Home Lifestyle Reema Khan on Bollywood cliques | The Express Tribune

Reema Khan on Bollywood cliques | The Express Tribune

Reema Khan on Bollywood cliques | The Express Tribune


Gracing the guest’s couch at a talk show with host Tabish Hashmi, Reema Khan offered a candid introspection of her rise to fame as a Lollywood superstar while navigating personal relationships. Talking about her entry into showbiz, the actor shared how her consistent efforts always yielded a reward.

“If the beginning is difficult, then believe me, the result will be worth it…” Reema articulated the time-tested adage. “When you go through a process, you find that reaching the destination is only difficult, not impossible.” The Bulandi actor went on to recall her first audition and how her success surprised her.

“So, I auditioned in the presence of many actors who are today’s superstars. When I was auditioning with them, I had no faith that I would be selected. That I would enter this category of heroines on the big screen,” Reema remarked.

The conversation also touched on her 2011 hit song Love Mein Ghum, from the eponymous romantic drama film, which featured an ensemble cast. Delving into the breadth of the project, Reema contemplated, “To achieve anything, you have to leave your ego behind at home. There were so many talented names from different fields…from fashion design to television to the big screen like Nadeem, Umar Sharif, Sahiba, Rambo, Moammar Rana…”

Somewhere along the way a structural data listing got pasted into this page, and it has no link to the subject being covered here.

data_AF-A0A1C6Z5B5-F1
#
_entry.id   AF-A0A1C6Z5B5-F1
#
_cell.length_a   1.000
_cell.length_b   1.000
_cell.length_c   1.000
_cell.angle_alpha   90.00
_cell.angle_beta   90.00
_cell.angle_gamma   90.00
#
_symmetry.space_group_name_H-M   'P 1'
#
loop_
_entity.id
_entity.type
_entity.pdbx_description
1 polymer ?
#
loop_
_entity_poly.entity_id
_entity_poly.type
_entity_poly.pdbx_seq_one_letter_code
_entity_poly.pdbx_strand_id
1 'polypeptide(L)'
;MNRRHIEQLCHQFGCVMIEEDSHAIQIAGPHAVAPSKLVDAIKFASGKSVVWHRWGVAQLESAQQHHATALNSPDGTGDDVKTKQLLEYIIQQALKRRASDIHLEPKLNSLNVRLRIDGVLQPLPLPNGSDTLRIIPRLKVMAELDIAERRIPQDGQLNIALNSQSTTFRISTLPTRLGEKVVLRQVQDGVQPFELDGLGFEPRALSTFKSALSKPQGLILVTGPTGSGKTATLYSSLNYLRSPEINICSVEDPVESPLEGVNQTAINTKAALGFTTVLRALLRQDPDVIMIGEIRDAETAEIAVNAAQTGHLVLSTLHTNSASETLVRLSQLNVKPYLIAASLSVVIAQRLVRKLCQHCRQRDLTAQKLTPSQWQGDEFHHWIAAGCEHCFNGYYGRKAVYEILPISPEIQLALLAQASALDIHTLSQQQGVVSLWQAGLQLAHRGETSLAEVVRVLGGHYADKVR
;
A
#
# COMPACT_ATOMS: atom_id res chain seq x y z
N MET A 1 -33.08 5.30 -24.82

However, the actor maintained that a single key made her ambitions come to life with finesse. “Everyone has money and connections, but I had one power at that time which I used to execute such a difficult song…It was my courtesy,” Reema stated. “I used to respect everyone…I never did any leg pulling. So when I made one phone call, everyone was onboard with me.”

The star stressed her motto of setting her ego aside to cultivate lasting relationships of respect with others. Per the actor, this practice is why she would give herself a 10/10 in essaying off-screen roles of a mother, a wife, and a daughter-in-law. “If I had not tried to be a good wife, then my husband wouldn’t have allowed me to work,” Reema expressed how deeply her career and personal life remained intertwined.

She furthered on, “If I had not tried to be a good mother, then my 8-and-a-half-year-old son wouldn’t have walked for four hours in a pro-Palestine rally yesterday. If I had not tried to be a good daughter-in-law, then my in-laws wouldn’t have believed that I would raise their heads in pride wherever I go.”

However, one has to ask: in retrospect, did the constant regard for others ever feel like self-sacrifice? As per Reema, she has never perceived care as a transaction. “When you do something good, don’t expect anything in return because whatever expectations you have from people, they will break your heart, they will hurt you.”

Discussing her prospective return to the industry, Reema clarified that she has not quit acting. “At present, the people who are already working are doing a tremendous job. I have worked in 200 films. Now it’ll have to be a character that I haven’t done before. If someone writes a story like this, then you will definitely see me [on screen].”